Just a few students came out to catch a glimpse of Abdul Jabaar Naeemi, Governor of Khowst Province
As promised, it is high time to provide another update on the Future Farmers of Afghanistan project. The Governor was bumped last week due to the tragic loss of a friend and great counsel to our ADT, but alas- we shan't keep the Governor waiting any longer...
Colonel Chis Toner and Governor Naeemi discuss the Future Farmers of Afghanistan project during a briefing at Shaikh Zayed University
The program as originally designed calls for four distinct phases. Phase III, the mentorship phase, has recently come to a close here in the Khowst Province. During this phase, professors from Shaikh Zayed University left the comforts of campus life and headed out to work with the masses among our six pilot high schools.
The mentorship phase was also the portion where agricultural extension agents from each district in the province visited the schools to train their local farmers on the new equipment. Think of it as a take your parents (or local farmer) to school day. As curiosity in the community began to grow, neighbors were very interested to get inside of the fenced-in areas to see for themselves just what exactly those pesky Americans had been working with their youth on.
We first learned several weeks ago that Governor Naeemi was interested in receiving a first-hand account of the Future Farmers of Afghanistan project. Details were extremely vague at that point, but we did know he wanted to get out amongst the people to receive his update rather than have those involved come to him. As the Governor's visit came closer, we learned that he would also be accompanied by the Brigade Commander, Colonel Chris Toner.
One of the most important aspects of the FFA project to Governor Naeemi is the collaboration among different "line directors" within his government. Think of a line director as a cabinet member in terms of the American government model. The formation of this project required agreement between three different men, in a culture that is quite territorial- that can be a feat within itself. Highlighting the line directors collaboration, Governor Naeemi requested to visit Shaikh Zayed University to learn more about the project and even have the chance to speak directly with members of the Faculty of Agriculture who were deeply involved in the mentoring phase.
Both Governor Naeemi and Colonel Toner were extremely pleased with what they learned during their trip to campus. Colonel Toner actually has some credibility to speak about the past in this area as he was previously here as a Battalion Commander during 2006-2007. Toner was very impressed with the progress being made, stating "What our ADTs and this university have done with this forward-looking partnership has been phenomenal, and provides real hope for the agricultural future of the people in this area."
Dried goods from one of the solar dehydrators
As the summer heat is now in full-swing, it is not uncommon for the five-day forecast to read above 100 degrees Fahrenheit for the entire five days. After some creative re-engineering, the resilient groundskeepers at several of the schools have found some very innovative ways to keep their greenhouses ventilated.
Virtually all of the schools are now taking their produce to market- a giant step forward for the project. With these profits re-invested within the farm, the ever-popular question of sustainability is addressed. Not only are the students receiving instruction on the obvious agriculture-related topics here, but a significant opportunity for these students to learn the intricacies of small-business finance has also presented itself.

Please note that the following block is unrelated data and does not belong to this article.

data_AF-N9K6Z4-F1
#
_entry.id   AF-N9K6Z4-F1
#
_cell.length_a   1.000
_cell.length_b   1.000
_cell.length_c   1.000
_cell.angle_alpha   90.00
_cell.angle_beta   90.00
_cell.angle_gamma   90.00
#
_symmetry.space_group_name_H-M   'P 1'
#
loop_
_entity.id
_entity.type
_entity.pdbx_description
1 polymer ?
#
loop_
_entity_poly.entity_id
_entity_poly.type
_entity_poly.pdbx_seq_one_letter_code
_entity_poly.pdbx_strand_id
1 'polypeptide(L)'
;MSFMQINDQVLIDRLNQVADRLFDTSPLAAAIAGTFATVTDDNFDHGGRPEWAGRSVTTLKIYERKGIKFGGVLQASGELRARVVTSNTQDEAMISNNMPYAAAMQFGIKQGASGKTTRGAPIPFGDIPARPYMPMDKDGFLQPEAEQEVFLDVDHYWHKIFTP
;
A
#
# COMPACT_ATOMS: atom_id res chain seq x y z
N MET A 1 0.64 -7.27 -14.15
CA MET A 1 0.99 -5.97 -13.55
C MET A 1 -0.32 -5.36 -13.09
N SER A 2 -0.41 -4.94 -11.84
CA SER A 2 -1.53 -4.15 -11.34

For the last several months that the Future Farmers of Afghanistan project has been around, the Dean of Agriculture from Shaikh Zayed University has produced a weekly report for our team to summarize both his faculty's work as well as provide photographic evidence of training taking place. Below are a few excerpts from the latest report, this was actually the final report of the mentorship phase so the numbers shouldn't grow too much higher as the entire project comes to a finish.
117 - # of Teachers trained by Shaikh Zayed University
567 - # of high school students trained - total (438 males / 129 females)
6 - # of high schools selling agriculture products in local markets (6 of 6)
13 - # of Agriculture Extension Agents trained by Shaikh Zayed University
42 - # of local farmers trained at school sites by Agriculture Extension Agents
3 - # of Line Director signatories to project
Ready for Market
The culminating event in the mentorship phase consisted of an examination at each of the six schools. Participating students were evaluated on the practical use of a greenhouse, procedures for utilizing a drip irrigation system, the rearing of chickens, and even the preparation of compost.
An astounding 90% of the students tested agreed that the training they received was "practical and worthwhile". Those of you reading this with an education background might pick-up on an extremely positive theme with results such as these- the students are excited and see value in their studies.
While time here on the ground is starting to count down for the members of the 3-19th Agribusiness Development Team, the "rookie" season of the Future Farmers of Afghanistan project will also come to a close. With engaged students and even an interested populace, those from the 4-19th ADT should have great relationships and a sturdy foundation in place to go on and do even greater things for the people of Khowst Province.
Final Exam Time- Children from Gharghash High School taking their end of course examination under a shade tree